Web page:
Close up on Stanley Kubrick: the exhibition
In Paris to visit a Stanley Kubrick exhibition in Paris, Mark Salisbury asks the late director’s brother-in-law when it’s coming to London…
And now we have Stanley Kubrick the exhibition which, after trips to Frankfurt, Berlin, Melbourne, Zurich, Ghent and Rome, has fetched up in Paris until July 31. Arranged over two floors, at the Frank Gehry-designed Cinémathèque Française, the exhibition – ‘Le Visionnaire Absolu’ – is a must-see for devotees, film scholars and movie-lovers alike.
‘He was an artist,’ says Jan Harlan, Kubrick’s brother-in-law, producer and one of the show’s organisers. ‘The great thing about the exhibition is his films do not disappear. “Paths of Glory” is as great a war film as there ever was. “Dr Strangelove” is more modern than it was at the time. His films are always up to date.’
The exhibition operates almost as a time machine, taking the visitor back to an era of pens, paper and Polaroids. It traces Kubrick’s career from his days as a photographer for Look magazine in New York, through his short films, his 1953 debut, ‘Fear and Desire’, and beyond. There are missives and memos, letters of complaint and production budgets, storyboards scribbled on whatever was to hand. Each film has an area, with visual and audio installations as well as props and costumes, including Alex’s ‘droog’ suit and cane from ‘A Clockwork Orange’ and Jack Torrance’s typewriter from ‘The Shining’. There’s even Kubrick’s director’s chair and the chess set he played with between shots.
History is everywhere. There’s a framed invitation card to a ‘Dr Strangelove’ preview that never was, on which Kubrick scrawled: ‘Never Held. The day Kennedy was shot.’ A series of photos taken by Weegee on the set of ‘Dr Strangelove’ record the filming of the custard pie fight in the War Room that was cut after test screenings. A handwritten letter from Audrey Hepburn declines an offer of work. A notebook kept during production on ‘A Clockwork Orange’ details a ‘Malcolm McDowell cold report’. The exhibition concludes with unrealised projects, among them ‘AI’, which Kubrick developed for years before it was directed by Steven Spielberg whose ‘Schindler’s List’ scuppered Kubrick’s Holocaust drama ‘Aryan Papers’.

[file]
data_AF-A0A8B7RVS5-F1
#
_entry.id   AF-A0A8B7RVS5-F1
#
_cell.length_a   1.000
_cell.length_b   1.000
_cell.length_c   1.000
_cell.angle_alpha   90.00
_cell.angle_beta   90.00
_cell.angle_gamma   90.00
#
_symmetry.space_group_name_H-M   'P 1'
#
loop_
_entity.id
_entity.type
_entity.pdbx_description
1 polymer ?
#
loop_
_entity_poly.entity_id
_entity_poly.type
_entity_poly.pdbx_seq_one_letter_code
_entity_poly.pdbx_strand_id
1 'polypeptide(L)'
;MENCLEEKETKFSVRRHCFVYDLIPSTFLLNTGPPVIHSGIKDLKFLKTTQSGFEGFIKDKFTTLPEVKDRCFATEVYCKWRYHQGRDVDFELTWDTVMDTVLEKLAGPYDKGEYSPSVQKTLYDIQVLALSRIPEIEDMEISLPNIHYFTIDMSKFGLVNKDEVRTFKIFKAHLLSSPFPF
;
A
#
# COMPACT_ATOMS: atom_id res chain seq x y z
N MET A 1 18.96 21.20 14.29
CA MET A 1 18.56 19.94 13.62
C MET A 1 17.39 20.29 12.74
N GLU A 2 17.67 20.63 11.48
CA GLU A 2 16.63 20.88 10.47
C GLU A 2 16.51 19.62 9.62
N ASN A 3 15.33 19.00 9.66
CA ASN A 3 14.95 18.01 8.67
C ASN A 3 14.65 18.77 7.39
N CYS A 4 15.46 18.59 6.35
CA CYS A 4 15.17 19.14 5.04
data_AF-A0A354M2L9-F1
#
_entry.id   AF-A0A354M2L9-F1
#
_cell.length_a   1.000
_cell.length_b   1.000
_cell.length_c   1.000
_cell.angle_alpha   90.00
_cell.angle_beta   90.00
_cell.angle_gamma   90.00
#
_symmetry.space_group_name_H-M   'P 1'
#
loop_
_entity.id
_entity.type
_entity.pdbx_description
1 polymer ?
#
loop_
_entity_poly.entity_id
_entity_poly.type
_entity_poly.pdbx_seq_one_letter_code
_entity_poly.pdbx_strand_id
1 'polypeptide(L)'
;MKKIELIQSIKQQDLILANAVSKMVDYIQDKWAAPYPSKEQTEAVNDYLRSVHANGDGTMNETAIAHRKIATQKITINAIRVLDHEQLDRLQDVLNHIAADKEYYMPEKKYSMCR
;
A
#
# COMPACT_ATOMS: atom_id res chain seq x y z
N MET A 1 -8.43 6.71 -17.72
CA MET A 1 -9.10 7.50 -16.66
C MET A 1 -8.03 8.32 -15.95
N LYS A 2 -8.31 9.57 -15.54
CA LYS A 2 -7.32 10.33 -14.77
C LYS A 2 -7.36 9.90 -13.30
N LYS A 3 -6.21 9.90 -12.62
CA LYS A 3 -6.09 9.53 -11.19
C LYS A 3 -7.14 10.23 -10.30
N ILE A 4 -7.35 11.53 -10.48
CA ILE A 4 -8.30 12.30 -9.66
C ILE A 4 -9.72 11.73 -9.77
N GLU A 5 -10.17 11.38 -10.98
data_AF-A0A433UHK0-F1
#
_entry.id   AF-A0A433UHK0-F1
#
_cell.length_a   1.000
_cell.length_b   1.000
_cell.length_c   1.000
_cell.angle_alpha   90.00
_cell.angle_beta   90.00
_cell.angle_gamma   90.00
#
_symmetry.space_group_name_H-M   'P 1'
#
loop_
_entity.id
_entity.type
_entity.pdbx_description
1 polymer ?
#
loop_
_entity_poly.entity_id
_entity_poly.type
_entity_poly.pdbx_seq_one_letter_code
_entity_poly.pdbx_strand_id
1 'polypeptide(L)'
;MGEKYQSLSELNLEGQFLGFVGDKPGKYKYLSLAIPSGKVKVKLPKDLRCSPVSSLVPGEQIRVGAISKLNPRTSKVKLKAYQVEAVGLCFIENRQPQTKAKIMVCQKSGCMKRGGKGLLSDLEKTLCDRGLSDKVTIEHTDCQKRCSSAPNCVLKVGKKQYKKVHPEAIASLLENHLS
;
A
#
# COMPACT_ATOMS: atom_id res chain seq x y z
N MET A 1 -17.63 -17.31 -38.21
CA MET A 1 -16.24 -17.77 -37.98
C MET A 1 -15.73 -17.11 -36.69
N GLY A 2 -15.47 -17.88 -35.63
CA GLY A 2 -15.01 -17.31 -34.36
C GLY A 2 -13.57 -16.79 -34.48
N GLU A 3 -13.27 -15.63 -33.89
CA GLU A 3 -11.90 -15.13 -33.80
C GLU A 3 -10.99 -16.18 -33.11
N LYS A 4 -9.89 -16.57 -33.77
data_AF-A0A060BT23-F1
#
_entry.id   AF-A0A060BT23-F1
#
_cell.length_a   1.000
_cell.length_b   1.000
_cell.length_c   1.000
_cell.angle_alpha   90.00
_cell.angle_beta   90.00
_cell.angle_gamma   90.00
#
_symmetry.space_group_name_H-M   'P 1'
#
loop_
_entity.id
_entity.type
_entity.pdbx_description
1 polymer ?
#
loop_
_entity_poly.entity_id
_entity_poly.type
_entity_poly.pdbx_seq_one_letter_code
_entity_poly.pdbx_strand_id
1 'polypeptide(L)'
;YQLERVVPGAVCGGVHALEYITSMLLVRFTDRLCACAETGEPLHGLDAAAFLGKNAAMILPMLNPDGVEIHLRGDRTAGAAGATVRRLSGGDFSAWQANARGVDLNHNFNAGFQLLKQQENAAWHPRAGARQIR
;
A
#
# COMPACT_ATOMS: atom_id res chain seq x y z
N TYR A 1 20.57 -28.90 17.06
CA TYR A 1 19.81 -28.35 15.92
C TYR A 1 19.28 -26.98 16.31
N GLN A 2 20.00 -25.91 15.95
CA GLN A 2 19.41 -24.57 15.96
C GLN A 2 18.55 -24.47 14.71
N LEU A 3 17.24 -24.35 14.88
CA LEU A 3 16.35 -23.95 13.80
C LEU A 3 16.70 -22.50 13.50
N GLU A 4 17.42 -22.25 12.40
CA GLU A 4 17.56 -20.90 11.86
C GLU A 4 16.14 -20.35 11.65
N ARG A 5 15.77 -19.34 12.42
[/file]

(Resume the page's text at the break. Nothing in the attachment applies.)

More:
As you wander – and you’ll need several hours to fully appreciate the exhibition – it’s evident Kubrick was as meticulous as legend had it. There’s an index card cabinet devoted to documenting all the people involved with Napoleon, arranged month by month, year by year. As for the man himself, there’s little beyond the work, apart from a small gallery featuring one large oil painting and several watercolours by his widow, Christine, with titles such as ‘Watching TV, 1963’ or ‘Living room at Childwickbury, 1992’.
For now, Harlan says, there are no plans for the exhibition to come to London, which already houses a Kubrick archive at the University of the Arts. ‘I tried many times, but I haven’t succeeded yet,’ he reveals. ‘The latest conversation is with the V&A. They were in Paris and looked at the exhibition. I think they liked it…’
So far, Paris has seen 90,000 visitors, with six weeks left. ‘I am astonished how many young people are crowding into this exhibition,’ Harlan continues. ‘I don’t know why. I have no answer, but I’m happy.’
Stanley Kubrick: the exhibiton is at La Cinématheque Francaise, Paris, until July 31
Author: Mark Salisbury
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